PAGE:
Replace fossil-fuel power plants, save costs and contribute to the energy transition through the flexible operation of utility plants
Whether combined heat and power (CHP) or chillers – in many German hospitals are plants which, due to their size, are excellently suited to promote the integration of renewable energies as well as to take advantage of short-term fluctuations in the price of electricity. Fraunhofer UMSICHT, Stadtwerke Bochum GmbH and Evangelisches Krankenhaus Hattingen have investigated the achievable potential of load shifting in the project "Hybrid Energy Storage Hospital (HESKH)". One of their results: If all CHP plants currently installed in hospitals are operated flexibly and the operation is optimized according to the market prices for electricity, there is – roughly estimated ¬– a load shifting potential of about 300 MW for positive and 200 MW for negative flexibility.
The project kicked off in October 2018. "We started with the objective of determining the potential for load shifting in hospitals and the resulting economic benefits for hospitals," explains Dr. Anne Hagemeier from Fraunhofer UMSICHT. "Another focus was on forecasting the heat demand, which plays an important role in the predictive control of utility plants."
Understanding energy consumption in hospitals and identifying potential savings
Over a period of more than a year, the heating and cooling loads in the Evangelisches Krankenhaus Hattingen were measured in an extensive monitoring process and supplemented by short-term measurements of individual electricity consumers and departments. The results were incorporated into various models created in the project and made it possible to understand the composition of energy consumption and uncover potential savings. At the same time, a simulation of energy consumption and supply made it possible to identify opportunities for energy savings and cost reductions.
"It was shown that – if the nominal load of the hospital's combined heat and power plant (CHP) exceeds the base load and thermal storage units are available – flexibility can be provided and economic advantages can be achieved. Even if a constant electricity price is used," says UMSICHT scientist Sebastian Berg. "If we assume a dynamic electricity tariff based on the exchange electricity price, the electricity costs can be additionally reduced by up to 15 percent. Electricity generation with the CHP unit then preferably takes place at times when electricity prices are high."
Putting predictive control into practice with the help of forecasting models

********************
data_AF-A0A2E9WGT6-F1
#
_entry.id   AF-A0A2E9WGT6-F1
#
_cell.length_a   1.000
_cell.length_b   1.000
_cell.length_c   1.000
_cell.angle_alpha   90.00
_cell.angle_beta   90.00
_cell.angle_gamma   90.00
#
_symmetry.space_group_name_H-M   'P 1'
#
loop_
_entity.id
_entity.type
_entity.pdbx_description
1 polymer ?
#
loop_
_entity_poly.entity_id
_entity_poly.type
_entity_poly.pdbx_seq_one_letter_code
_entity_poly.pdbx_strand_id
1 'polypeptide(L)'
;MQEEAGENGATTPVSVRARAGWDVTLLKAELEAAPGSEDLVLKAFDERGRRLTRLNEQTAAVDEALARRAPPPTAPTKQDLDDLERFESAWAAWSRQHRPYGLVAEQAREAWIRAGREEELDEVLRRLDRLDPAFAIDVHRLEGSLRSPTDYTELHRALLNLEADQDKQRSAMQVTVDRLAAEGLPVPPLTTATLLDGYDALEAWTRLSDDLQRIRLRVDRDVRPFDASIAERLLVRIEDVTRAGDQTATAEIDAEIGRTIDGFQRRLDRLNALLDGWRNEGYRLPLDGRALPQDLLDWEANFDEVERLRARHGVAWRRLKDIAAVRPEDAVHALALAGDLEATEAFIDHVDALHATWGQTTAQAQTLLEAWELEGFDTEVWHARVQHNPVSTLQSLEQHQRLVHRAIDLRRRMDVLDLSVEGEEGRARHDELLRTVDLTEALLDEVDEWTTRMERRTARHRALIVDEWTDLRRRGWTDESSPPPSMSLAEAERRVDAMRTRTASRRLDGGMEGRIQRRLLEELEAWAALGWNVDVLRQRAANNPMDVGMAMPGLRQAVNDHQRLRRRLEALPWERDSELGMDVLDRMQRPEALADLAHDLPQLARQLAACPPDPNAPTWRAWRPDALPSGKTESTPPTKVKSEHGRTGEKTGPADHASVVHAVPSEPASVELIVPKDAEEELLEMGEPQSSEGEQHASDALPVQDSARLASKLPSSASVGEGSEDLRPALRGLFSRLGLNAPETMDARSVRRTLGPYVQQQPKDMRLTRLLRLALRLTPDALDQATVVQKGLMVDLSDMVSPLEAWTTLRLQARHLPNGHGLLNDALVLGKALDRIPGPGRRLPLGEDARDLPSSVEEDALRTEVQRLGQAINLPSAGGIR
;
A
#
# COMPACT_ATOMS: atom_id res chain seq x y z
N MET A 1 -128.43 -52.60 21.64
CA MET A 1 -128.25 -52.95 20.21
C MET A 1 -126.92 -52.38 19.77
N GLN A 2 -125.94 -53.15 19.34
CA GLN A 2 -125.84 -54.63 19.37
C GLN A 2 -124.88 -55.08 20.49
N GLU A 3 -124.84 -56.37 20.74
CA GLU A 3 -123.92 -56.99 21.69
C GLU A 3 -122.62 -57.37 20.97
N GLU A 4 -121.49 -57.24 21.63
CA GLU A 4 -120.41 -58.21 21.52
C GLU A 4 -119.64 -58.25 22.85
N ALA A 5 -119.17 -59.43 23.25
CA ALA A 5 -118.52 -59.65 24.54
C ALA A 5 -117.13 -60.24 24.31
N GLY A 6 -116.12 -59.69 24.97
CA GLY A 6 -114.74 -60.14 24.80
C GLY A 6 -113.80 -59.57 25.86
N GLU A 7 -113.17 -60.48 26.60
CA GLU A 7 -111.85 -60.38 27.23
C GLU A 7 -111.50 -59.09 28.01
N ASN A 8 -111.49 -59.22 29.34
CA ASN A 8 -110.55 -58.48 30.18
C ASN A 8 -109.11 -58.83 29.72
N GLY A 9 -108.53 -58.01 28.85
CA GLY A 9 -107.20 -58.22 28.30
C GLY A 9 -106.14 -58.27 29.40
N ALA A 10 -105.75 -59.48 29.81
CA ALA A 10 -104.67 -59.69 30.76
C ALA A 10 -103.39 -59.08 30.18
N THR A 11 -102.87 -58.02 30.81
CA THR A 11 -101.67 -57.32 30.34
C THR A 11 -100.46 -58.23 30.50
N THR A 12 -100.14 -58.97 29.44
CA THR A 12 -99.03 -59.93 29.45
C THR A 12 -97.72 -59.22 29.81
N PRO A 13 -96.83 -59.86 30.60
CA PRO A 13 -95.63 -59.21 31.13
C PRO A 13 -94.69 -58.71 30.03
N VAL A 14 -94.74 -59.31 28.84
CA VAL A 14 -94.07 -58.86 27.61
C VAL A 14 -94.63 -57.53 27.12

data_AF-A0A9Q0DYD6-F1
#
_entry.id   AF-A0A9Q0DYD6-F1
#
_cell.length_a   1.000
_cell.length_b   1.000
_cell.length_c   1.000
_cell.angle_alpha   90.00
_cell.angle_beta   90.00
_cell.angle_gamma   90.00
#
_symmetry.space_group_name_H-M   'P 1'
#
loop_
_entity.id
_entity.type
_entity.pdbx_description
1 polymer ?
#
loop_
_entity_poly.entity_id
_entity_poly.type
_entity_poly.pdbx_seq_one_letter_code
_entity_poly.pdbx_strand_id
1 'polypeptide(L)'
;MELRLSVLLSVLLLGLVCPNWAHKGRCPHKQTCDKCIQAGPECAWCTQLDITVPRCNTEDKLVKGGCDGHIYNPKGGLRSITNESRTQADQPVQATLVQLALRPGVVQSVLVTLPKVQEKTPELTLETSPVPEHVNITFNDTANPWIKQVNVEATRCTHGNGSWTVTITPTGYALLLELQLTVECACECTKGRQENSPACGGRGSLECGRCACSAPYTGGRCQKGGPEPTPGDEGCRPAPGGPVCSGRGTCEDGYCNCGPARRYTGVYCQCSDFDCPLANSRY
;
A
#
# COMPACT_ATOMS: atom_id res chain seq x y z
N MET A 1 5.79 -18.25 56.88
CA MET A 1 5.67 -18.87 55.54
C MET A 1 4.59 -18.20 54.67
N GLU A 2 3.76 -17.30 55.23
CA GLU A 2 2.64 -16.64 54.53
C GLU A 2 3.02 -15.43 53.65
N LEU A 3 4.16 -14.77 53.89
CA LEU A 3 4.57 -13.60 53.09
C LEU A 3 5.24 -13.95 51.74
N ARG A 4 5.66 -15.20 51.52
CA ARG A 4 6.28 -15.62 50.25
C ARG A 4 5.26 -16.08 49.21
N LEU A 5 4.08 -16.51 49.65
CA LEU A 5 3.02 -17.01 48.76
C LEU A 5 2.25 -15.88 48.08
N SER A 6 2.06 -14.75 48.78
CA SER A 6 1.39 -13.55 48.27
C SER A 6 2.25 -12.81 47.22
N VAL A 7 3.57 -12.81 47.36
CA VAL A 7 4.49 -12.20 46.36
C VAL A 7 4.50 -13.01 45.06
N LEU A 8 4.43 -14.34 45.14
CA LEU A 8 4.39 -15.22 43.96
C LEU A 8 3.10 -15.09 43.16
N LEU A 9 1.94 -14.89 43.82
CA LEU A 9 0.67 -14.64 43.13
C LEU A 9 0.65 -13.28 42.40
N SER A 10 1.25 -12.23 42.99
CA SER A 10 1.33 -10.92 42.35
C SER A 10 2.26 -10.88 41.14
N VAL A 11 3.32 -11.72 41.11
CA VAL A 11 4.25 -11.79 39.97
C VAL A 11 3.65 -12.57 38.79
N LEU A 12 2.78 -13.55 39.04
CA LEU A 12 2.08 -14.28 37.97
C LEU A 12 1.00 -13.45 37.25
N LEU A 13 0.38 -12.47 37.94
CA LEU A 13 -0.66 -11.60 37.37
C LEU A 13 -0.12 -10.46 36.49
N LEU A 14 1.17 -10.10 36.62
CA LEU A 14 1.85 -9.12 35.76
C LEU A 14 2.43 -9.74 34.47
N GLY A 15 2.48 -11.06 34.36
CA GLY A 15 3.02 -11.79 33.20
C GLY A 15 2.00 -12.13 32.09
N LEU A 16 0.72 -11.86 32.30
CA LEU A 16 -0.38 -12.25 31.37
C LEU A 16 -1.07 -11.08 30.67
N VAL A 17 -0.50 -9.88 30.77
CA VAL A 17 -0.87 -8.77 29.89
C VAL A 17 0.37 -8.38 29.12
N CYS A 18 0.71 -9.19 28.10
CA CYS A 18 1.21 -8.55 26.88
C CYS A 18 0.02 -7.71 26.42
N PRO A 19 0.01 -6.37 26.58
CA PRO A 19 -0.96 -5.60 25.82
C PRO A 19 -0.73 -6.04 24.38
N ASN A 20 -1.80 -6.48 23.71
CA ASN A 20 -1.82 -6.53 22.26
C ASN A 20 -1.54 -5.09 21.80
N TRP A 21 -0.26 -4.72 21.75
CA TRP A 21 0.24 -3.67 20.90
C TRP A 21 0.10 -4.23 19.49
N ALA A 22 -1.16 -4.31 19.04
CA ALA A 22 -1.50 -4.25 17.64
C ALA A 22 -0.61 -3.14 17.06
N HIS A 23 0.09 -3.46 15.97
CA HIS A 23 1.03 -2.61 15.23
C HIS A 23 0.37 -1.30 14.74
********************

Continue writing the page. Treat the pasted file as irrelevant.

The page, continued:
In order to implement predictive control in practice, it is necessary to forecast framework conditions. These include the energy demands (electricity, heat, etc.), the prices for their purchase and sale, and non-controllable self-generation (photovoltaics, solar thermal). "In order to achieve high forecast accuracy, we created different forecast models based on artificial neural networks, among other things, and then tested them simulatively," UMSICHT scientist Malte Stienecker describes the procedure. "In the process, we were able to determine that although the forecast deviations could be partially compensated for by the hospital's thermal storage system, regular adjustments to the originally plant schedules, which were based on forecast data, were necessary in order to cover the heat demand that actually occurred."
Additionally occurring operating costs depend on both the deviations magnitude as well as their timing. For example, increased schedule adjustments were necessary above all in the winter months. However, at this time – due to the higher heat demand – the peak load boilers are running, which can adjust their heat generation at short notice and without affecting the electricity side. The situation is different in the summer months: Then the hospital exclusively uses the CHP for heat supply, such that schedule adjustments have a greater impact because, for example, less electricity may be produced.
Load shifting potential of hospitals in Germany
Incidentally, the project results are transferable to other hospitals as well as other building types with similar facilities or similar energy generation –like hotels, swimming pools or commercial operations. Sebastian Berg: "We conducted an analysis of the hospital landscape in Germany and extrapolated the determined load shifting potential for the hospital in Hattingen. The result: If all CHP plants currently installed in hospitals are operated flexibly, there is a load shifting potential of about 300 MW for positive and 200 MW for negative flexibility – if the operation of the plants is optimized according to the market prices for electricity. "In other words, through improved control, hospitals can contribute to the energy transition and save costs at the same time.